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Lee’s innovation was what Dayton calls “the germ of the idea” for the Ocean’s basic dual-slide form. But the horizontal slider had to be a full QWERTY keyboard–far larger than Lee’s music controller–in order to make messaging and search satisfying experiences. Most mobile gadgets with QWERTY keyboards cram them into a square, with the space bar or Delete key stuck in an unfamiliar place. The large horizontal slider provided more real estate to work with. The Ocean’s designers put the space bar–the most-used button–between the V and the B, so you can hit it with either thumb. The Enter and Delete keys are about where they are on a full-scale keyboard.

But the dual-slide format brought on another problem: no one wanted a device that was too thick. A number pad and a QWERTY keyboard would normally require two sets of springs and hinges–one for each slider. This would tend to fatten the gadget. What’s more, Helio wanted the sliders to be rugged and to have a firm “feel,” like the luxu­rious thwunk of a BMW’s door. “We need to avoid those indeterminate states, when it can slide halfway out, and it is neither fish nor fowl,” Duarte says. The Ocean needed a very special kind of mechanism: a single spring that could not only control hinging action from two directions but impart that hum-to-yourself satisfaction to the keyboard-sliding experience.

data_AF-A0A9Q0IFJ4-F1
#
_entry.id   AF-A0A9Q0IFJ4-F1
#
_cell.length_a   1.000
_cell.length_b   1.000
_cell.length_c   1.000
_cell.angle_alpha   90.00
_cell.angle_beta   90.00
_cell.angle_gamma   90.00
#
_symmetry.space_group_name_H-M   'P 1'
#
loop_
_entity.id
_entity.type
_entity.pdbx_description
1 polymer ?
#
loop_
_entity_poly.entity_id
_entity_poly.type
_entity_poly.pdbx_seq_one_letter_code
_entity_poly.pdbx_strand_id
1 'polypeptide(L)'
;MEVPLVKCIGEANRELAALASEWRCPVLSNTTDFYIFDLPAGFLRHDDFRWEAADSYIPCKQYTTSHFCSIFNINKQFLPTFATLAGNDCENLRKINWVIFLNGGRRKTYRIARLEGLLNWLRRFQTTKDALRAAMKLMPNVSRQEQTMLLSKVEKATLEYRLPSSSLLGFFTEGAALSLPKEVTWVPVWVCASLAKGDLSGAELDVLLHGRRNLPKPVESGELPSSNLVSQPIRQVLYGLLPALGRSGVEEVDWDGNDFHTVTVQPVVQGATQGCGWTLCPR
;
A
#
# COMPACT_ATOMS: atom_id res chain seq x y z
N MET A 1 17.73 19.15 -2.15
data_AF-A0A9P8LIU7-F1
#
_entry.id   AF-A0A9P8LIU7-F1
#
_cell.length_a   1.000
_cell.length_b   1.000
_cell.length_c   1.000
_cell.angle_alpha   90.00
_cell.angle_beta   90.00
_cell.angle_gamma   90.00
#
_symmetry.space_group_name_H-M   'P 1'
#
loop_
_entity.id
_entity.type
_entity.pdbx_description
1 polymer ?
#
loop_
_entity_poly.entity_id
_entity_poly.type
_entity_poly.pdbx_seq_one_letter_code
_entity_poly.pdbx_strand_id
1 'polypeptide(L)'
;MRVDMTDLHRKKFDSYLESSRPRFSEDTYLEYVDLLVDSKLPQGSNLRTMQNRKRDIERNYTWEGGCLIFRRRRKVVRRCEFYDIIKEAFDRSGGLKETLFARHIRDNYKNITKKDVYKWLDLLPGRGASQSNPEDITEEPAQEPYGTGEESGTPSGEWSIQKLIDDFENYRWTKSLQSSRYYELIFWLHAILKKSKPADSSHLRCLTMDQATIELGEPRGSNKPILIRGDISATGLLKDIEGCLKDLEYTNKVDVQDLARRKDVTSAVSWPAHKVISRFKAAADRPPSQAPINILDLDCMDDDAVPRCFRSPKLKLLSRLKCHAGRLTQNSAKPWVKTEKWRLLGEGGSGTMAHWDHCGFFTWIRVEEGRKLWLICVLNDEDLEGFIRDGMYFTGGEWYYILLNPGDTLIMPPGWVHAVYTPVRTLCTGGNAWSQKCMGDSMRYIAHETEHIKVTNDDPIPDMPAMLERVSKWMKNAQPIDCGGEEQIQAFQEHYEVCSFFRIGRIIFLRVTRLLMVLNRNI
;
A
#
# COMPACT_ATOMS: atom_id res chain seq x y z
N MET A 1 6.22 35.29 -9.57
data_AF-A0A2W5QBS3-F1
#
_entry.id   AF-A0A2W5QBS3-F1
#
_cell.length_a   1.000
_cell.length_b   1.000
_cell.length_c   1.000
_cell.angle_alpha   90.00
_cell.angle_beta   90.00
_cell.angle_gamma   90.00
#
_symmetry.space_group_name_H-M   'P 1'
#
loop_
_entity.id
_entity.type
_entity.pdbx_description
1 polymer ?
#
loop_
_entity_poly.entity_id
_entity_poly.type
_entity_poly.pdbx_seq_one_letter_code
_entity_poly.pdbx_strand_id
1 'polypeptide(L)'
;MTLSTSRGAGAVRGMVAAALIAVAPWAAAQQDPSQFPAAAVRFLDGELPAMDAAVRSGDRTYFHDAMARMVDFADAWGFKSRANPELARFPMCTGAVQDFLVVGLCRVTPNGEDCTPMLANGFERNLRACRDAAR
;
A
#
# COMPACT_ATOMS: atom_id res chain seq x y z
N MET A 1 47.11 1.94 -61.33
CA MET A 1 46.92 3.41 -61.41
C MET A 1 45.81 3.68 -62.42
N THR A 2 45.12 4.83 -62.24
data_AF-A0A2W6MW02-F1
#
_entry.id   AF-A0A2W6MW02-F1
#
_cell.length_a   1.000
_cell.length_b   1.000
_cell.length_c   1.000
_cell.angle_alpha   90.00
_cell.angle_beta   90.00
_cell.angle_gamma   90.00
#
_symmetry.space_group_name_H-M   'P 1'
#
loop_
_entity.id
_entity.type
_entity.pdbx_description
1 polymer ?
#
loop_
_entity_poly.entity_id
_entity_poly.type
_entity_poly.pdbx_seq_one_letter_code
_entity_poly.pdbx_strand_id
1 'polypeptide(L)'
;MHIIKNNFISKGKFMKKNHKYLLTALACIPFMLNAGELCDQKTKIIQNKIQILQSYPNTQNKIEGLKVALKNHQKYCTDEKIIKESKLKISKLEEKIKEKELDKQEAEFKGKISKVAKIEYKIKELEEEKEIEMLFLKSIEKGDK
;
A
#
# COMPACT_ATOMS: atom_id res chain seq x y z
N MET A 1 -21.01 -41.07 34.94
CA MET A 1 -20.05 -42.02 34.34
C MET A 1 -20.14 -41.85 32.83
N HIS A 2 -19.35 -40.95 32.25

Designing the spring required the expertise of ­product-­engineering specialists. Most cellular carriers will hire a manufacturing company–a general contractor, if you will–and accept its solution to a given mechanical problem. Helio had hired Pantech of Seoul, South Korea, to build the phone, but it also hired a small engineering company, Teus of Suwon, South Korea, specifically to solve the hinge problem. Teus’s people came up with something new in the realm of mobile communications: an ingenious triangle-shaped spring that governs the opening and closing of both of the Ocean’s sliders. The triangle simply gets pushed on different sides, depending on which slider is being used. Using one of the sliders feels like pushing something over a little incline and then dropping it firmly down into a locked position. With the design of the spring, Helio was on its way to a device that worked well as both a phone and a messaging device–­without being too fat.

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Credit: Toby Peterson

Tagged: Business

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